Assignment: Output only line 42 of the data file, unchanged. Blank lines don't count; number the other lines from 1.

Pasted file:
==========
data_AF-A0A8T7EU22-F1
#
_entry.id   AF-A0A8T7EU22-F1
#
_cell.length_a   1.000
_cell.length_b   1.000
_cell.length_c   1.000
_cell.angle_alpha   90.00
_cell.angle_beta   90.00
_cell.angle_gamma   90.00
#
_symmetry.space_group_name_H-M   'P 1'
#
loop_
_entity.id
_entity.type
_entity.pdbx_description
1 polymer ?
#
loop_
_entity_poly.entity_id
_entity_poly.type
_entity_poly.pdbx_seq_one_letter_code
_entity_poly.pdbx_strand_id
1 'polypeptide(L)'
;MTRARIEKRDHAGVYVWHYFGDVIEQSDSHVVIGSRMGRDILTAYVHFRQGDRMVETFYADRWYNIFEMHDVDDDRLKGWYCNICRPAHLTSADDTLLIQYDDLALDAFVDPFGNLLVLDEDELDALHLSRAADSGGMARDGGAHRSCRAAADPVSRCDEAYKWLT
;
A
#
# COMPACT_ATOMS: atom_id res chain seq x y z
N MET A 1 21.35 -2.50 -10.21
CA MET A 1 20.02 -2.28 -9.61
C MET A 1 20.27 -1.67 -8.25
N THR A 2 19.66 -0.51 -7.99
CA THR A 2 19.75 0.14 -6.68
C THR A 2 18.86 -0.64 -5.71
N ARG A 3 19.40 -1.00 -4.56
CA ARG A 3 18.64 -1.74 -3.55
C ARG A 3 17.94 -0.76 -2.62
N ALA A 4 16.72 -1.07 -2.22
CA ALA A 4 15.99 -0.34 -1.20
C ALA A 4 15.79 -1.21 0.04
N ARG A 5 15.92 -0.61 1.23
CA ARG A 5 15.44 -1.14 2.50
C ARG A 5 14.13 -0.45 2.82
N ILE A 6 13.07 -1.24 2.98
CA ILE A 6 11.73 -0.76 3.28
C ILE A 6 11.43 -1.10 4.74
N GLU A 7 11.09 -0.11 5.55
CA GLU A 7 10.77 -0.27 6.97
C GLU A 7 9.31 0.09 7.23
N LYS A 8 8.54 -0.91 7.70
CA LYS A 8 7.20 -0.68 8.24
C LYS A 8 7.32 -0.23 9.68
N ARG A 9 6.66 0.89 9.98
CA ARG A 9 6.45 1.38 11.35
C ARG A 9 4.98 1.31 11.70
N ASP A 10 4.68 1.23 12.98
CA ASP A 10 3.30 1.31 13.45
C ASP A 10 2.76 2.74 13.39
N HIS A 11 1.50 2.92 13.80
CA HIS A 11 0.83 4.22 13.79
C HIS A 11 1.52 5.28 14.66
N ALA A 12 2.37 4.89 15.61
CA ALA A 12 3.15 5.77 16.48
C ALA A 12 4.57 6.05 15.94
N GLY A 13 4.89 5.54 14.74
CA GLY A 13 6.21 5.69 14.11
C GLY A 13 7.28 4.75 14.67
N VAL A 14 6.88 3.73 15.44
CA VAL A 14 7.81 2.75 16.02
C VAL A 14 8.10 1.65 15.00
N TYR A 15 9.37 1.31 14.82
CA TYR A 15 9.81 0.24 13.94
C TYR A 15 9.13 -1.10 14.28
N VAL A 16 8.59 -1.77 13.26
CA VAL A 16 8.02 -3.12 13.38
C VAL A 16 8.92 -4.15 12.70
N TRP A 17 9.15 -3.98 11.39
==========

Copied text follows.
C ALA A 4 15.79 -1.21 0.04